Our Space 2018-2048: Greater Christchurch Settlement Pattern Update

Our Space 2018-2048 is currently out for consultation here. This is a plan prepared by the Greater Christchurch Partnership, which is made up of people from Ecan, Christchurch City Council, Selwyn District Council, Waimakariri District Council, Ngai Tahu, NZ Transport Agency, Canterbury District Health Board, Regenerate Christchurch and Department of the Prime Minister and Cabinet.

The document basically just says how much Christchurch will grow in the next 30 years, and makes a high-level plan for accommodating that growth. To save you some reading time I’ve highlighted the key points.

Christchurch is due to grow by 190-314 thousand people in 35 years.

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In the medium growth scenario we’ll need another 87,000 homes. The plan is for 65% of these to be in Christchurch City, 20% to be in Selwyn and 15% to be in Waimakariri.

In 2048 there’ll be 71,000 more jobs. The vast majority (88%) of these will be in Christchurch City.

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The report contains some nice maps showing, firstly, where development will not be occurring. This first one shows natural hazards:

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No real surprises – Christchurch is built on a swamp so lots of flood risks.

The next map shows the groundwater protection zone.Capture.PNG

I thought this was interesting. I had never really thought of this is a constraint to where we can develop, but on reflection it does seem important that we keep our water sources clean and unpolluted.

The next map shows outstanding natural landscapes.Capture.PNG

Again no massive surprises. Port hills, beaches and rivers are all nice.

And this one shows “versatile soils”.

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The report doesn’t actually say what a “versatile soil” is, but a quick google search indicates that it is talking about its fertility, it has nothing to do with its structural behaviour in an earthquake. The scale goes from 1-8, so soil class 1 (yellow) is the very best soil you can get, while user class 2 (brown) is not far behind it. Basically this map is about trying to save our most fertile land for growing food and only using the less fertile stuff for urban sprawl.

So that’s the constraints.

Now for the map showing where the growth is planned to occur.

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It shows greenfield growth around the Christchurch city northern and southwest fringes, and also Rolleston, Lincoln, Kaiapoi, Woodend and Rangiora. The proportions of each are:

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For context, the previous version of this plan (the Urban Development Strategy) aimed for 60% intensification and 40% greenfields growth, but development since the earthquakes has been only 25% through intensification and a whopping 75% on greenfields. So the proposed plan has less greenfields growth than what’s happened post-quake, but still more than our previous plan. Auckland’s unitary plan decided they wanted their growth to be 70% intensification and 30% greenfields growth, so quite a lot less than this 45%.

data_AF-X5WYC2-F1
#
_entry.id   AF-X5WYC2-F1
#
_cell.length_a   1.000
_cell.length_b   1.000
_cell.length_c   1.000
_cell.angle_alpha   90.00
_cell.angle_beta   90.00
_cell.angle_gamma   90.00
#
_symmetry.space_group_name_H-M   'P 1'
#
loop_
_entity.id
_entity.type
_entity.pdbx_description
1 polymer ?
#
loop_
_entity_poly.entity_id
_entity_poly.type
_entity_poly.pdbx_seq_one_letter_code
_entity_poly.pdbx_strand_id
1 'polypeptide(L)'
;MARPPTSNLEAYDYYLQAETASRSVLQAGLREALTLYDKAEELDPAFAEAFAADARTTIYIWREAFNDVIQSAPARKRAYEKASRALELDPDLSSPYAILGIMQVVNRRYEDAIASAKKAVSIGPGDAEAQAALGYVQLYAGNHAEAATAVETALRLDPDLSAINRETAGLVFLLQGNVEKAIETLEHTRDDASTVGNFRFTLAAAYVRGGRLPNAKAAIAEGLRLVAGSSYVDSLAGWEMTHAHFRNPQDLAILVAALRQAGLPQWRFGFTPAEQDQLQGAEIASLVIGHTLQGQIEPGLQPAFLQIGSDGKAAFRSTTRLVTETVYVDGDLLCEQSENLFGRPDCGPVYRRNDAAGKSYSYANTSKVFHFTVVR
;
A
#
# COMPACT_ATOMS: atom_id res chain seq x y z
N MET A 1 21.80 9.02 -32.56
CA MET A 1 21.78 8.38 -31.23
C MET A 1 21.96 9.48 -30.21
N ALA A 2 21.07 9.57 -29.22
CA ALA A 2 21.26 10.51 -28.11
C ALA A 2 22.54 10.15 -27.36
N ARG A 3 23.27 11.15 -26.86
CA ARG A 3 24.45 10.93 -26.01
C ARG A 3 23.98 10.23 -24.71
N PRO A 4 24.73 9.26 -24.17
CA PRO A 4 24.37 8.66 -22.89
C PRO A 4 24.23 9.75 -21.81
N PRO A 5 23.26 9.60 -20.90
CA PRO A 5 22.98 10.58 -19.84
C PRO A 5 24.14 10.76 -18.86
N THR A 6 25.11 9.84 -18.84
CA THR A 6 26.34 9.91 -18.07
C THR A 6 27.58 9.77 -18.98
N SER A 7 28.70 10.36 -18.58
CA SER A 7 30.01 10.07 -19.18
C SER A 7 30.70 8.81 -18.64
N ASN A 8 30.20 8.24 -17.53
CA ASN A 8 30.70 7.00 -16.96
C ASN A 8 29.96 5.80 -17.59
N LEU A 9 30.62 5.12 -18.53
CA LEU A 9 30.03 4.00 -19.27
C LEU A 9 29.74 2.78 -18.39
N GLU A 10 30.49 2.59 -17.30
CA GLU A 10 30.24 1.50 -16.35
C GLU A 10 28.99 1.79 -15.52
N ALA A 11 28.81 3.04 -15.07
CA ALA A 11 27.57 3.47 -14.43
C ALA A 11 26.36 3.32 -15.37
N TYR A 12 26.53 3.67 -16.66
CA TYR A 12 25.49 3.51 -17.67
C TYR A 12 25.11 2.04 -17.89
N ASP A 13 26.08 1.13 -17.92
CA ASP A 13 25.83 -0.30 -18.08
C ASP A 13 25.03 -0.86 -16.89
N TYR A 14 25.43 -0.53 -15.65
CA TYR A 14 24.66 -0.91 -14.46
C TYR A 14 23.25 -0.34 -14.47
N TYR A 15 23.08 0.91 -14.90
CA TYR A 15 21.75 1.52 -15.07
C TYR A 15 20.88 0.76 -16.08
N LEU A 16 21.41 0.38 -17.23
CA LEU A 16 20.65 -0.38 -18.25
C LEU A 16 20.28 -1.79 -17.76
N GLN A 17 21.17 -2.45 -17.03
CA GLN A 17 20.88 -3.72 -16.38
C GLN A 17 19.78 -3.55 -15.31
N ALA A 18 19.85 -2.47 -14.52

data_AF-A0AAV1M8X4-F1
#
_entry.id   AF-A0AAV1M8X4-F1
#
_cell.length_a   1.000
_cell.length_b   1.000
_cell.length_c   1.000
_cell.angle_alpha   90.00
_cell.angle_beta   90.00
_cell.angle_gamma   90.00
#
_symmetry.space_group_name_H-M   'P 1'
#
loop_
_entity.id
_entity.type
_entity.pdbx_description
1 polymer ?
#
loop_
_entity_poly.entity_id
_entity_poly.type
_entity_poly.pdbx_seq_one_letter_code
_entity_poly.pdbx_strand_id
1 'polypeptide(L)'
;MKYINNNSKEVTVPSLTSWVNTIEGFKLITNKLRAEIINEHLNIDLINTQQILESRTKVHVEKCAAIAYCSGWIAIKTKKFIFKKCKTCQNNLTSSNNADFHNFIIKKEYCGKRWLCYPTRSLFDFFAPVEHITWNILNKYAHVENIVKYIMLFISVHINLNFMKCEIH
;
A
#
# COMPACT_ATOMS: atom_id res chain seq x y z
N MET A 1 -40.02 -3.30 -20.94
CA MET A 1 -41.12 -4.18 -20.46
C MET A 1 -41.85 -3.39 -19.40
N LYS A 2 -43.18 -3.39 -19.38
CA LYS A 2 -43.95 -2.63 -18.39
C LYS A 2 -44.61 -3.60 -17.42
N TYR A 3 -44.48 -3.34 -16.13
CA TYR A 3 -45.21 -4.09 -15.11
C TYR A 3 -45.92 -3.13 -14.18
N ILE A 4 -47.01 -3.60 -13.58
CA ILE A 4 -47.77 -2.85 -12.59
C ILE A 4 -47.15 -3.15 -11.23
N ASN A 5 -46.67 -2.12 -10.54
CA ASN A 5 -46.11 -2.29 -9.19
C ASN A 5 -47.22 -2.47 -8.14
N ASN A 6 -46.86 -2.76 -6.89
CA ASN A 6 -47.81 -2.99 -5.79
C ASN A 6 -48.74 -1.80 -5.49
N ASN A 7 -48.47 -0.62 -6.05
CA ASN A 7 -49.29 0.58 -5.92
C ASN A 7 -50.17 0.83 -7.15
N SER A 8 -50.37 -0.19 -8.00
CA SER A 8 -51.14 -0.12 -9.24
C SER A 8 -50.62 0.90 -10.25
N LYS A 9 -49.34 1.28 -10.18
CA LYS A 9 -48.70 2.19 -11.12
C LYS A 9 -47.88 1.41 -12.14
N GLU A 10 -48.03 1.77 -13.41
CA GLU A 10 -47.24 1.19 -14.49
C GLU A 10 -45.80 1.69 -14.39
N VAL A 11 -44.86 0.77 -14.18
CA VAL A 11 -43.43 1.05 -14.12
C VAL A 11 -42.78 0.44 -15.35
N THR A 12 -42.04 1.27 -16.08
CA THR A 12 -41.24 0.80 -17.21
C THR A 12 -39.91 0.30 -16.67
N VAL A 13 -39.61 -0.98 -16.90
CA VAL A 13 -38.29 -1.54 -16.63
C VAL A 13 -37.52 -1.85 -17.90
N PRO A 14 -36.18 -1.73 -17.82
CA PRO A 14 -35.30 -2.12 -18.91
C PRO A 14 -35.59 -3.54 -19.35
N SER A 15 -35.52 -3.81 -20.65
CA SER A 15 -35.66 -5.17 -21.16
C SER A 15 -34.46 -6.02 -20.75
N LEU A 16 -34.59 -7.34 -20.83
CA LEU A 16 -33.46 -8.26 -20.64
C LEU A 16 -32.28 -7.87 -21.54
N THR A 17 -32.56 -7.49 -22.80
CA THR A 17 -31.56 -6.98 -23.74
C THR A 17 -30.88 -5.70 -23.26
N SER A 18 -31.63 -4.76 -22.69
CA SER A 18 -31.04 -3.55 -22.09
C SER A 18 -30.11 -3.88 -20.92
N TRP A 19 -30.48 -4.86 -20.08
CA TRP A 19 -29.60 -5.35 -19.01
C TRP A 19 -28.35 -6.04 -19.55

That’s the guts of what’s in the report. My overall feeling after reading it is one of being a little underwhelmed. The sentiment is really powerful, it includes lots of statements about how we will be “incorporating mixed-use and transport-oriented development”, “supporting increased density”, “reducing dependency on private motor vehicles”, “promoting active and public transport”, “comprehensively integrating transport infrastructure with land use planning”. But the sentiment doesn’t really match the plan. Making 55% greenfields growth, much of it out in areas that are very auto-centric and will most likely require just about everyone to drive their cars for every trip they do, is not a great outcome. It could be worse, it could be higher than 55%, but it still seems too close to the status quo for me, given things like the recent IPCC report making it very clear that we need to change and we need to do it quickly.

The problem is not the 55% greenfields growth per se, it’s the nature of that greenfields growth. So far pretty much all greenfields growth in Greater Christchurch has been very auto-centric. That is, standalone houses which are very difficult to service with public transport due to the low density, which also spreads everything out and so makes most trips too long to be done on foot. As a result, almost every one living in them drives everywhere, with all the associated costs that imposes on us as a society (more carbon emissions, more pollution, worse public health, more deaths and injuries, more congestion, more expensive car parking needed, more expensive roads needed, etc etc).

But greenfields growth doesn’t necessary have to be auto-centric. In other countries it’s often not, and even in NZ we’re beginning to take our first steps down the path of transport-oriented greenfields growth in Auckland. I’d like to see us here in Christchurch be more intentional in doing our greenfields growth in such a way that everyone isn’t forced to drive everywhere. Something like building a light rail line from the CBD out to one of these greenfields areas, then allowing high-quality high-density development clustered around the stations.

The big uplift in land value around the corridor could be used to fund the infrastructure, maybe through a targetted rate, and the resulting high patronage makes the services viable into the future. It’s much much easier to build density and good public transport infrastructure from the outset, than it is to come back and try to retrofit it in 20 years time. This sort of approach is very common overseas, even as close to home as Australia, and we’re well overdue in doing it here. Brendon Harre has a lot of thoughts on this, some of them in this article.

As always, I’d encourage you to get in and have your say here. If you’re not sure what to say, some ideas might be:

  • The plan needs to be more ambitious if it’s going to achieve the stated goals.